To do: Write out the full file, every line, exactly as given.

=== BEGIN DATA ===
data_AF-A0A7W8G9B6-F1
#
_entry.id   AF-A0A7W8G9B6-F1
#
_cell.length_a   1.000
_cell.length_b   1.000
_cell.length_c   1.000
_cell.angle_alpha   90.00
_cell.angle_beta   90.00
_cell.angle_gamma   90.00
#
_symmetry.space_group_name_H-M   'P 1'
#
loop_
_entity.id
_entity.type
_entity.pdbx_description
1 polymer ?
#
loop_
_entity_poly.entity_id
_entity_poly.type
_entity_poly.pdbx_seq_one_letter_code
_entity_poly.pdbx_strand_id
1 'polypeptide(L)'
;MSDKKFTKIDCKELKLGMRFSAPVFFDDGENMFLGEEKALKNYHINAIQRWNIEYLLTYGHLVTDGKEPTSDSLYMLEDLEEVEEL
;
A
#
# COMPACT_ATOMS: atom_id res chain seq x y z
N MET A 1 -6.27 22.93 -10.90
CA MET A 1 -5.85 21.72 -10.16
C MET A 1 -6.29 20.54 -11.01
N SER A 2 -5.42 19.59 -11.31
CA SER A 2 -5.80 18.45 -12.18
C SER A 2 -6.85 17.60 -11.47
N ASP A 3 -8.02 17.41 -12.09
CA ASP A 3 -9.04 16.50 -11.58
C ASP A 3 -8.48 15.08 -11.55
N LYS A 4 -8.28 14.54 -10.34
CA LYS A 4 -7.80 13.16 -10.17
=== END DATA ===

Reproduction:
data_AF-A0A7W8G9B6-F1
#
_entry.id   AF-A0A7W8G9B6-F1
#
_cell.length_a   1.000
_cell.length_b   1.000
_cell.length_c   1.000
_cell.angle_alpha   90.00
_cell.angle_beta   90.00
_cell.angle_gamma   90.00
#
_symmetry.space_group_name_H-M   'P 1'
#
loop_
_entity.id
_entity.type
_entity.pdbx_description
1 polymer ?
#
loop_
_entity_poly.entity_id
_entity_poly.type
_entity_poly.pdbx_seq_one_letter_code
_entity_poly.pdbx_strand_id
1 'polypeptide(L)'
;MSDKKFTKIDCKELKLGMRFSAPVFFDDGENMFLGEEKALKNYHINAIQRWNIEYLLTYGHLVTDGKEPTSDSLYMLEDLEEVEEL
;
A
#
# COMPACT_ATOMS: atom_id res chain seq x y z
N MET A 1 -6.27 22.93 -10.90
CA MET A 1 -5.85 21.72 -10.16
C MET A 1 -6.29 20.54 -11.01
N SER A 2 -5.42 19.59 -11.31
CA SER A 2 -5.80 18.45 -12.18
C SER A 2 -6.85 17.60 -11.47
N ASP A 3 -8.02 17.41 -12.09
CA ASP A 3 -9.04 16.50 -11.58
C ASP A 3 -8.48 15.08 -11.55
N LYS A 4 -8.28 14.54 -10.34
CA LYS A 4 -7.80 13.16 -10.17